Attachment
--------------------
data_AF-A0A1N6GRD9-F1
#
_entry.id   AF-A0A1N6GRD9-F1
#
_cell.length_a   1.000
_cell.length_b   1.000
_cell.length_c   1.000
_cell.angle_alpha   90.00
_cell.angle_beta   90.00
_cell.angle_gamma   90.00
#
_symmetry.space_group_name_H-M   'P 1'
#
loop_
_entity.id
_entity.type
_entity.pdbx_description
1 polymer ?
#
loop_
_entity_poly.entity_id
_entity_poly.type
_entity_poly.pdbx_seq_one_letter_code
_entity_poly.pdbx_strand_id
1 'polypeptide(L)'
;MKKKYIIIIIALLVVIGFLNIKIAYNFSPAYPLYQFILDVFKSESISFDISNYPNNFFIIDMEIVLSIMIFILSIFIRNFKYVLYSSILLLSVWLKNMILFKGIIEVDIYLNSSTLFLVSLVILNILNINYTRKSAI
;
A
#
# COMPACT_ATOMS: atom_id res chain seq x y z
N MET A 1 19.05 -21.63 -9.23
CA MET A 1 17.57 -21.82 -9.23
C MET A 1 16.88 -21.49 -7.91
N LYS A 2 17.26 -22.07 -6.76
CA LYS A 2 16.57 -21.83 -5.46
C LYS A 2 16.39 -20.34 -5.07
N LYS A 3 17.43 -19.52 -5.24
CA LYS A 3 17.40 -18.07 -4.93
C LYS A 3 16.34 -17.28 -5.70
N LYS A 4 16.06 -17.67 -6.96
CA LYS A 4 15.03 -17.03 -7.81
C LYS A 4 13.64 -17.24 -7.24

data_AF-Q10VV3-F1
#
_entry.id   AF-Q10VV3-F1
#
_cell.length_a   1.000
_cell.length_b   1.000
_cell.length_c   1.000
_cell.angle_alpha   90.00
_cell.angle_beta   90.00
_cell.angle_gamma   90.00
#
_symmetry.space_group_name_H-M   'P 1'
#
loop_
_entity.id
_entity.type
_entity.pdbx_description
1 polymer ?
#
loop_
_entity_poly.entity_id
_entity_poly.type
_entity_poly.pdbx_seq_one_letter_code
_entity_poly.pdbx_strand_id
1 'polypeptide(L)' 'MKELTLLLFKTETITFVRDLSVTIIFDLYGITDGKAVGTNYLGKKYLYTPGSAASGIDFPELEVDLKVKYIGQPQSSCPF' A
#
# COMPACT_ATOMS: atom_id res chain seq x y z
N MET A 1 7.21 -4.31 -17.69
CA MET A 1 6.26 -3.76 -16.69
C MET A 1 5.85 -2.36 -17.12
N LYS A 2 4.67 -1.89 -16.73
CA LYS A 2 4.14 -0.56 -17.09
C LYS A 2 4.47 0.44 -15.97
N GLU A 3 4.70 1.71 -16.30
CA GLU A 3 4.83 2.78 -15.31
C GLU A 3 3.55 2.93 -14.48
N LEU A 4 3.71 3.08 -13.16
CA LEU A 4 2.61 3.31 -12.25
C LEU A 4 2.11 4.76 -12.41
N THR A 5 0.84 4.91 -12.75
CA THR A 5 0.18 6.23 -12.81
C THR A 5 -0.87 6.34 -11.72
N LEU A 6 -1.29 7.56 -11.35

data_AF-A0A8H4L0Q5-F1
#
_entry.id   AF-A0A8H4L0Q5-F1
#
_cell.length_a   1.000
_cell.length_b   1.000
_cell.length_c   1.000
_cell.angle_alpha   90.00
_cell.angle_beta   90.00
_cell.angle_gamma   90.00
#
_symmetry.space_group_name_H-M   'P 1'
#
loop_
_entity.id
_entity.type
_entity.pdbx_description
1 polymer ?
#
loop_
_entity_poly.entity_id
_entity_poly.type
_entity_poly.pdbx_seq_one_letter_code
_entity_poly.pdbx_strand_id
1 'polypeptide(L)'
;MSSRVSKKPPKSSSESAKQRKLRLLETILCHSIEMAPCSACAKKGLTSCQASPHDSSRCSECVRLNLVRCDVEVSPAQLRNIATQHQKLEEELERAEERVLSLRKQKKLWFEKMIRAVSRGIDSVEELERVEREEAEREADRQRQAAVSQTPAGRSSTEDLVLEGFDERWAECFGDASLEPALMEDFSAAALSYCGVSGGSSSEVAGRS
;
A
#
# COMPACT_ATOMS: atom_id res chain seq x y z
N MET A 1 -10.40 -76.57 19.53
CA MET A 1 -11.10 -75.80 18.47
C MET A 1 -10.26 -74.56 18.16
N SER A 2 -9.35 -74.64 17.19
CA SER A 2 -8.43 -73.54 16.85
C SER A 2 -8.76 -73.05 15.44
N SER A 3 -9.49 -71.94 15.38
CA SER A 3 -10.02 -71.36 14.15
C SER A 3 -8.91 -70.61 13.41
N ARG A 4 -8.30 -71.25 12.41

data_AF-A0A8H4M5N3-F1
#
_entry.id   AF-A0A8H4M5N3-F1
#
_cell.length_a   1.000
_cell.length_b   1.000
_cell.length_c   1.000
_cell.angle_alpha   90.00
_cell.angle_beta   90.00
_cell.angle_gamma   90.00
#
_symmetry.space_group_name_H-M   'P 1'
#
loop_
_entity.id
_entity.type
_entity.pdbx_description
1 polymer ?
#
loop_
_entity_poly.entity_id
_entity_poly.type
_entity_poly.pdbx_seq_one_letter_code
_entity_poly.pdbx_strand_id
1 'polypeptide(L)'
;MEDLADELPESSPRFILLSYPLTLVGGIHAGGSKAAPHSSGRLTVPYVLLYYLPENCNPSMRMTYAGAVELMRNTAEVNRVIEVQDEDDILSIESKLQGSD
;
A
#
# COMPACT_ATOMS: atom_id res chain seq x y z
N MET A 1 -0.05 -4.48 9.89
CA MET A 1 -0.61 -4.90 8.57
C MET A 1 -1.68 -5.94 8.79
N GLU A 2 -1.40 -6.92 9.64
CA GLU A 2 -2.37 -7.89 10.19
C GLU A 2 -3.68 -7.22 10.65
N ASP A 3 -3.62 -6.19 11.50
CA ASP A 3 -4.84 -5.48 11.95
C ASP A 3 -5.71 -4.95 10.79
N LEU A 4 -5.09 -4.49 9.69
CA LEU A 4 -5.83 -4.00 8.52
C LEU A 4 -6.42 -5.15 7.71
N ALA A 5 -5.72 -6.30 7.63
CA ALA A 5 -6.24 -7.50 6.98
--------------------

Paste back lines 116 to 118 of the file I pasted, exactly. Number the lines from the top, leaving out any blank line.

N MET A 1 -10.40 -76.57 19.53
CA MET A 1 -11.10 -75.80 18.47
C MET A 1 -10.26 -74.56 18.16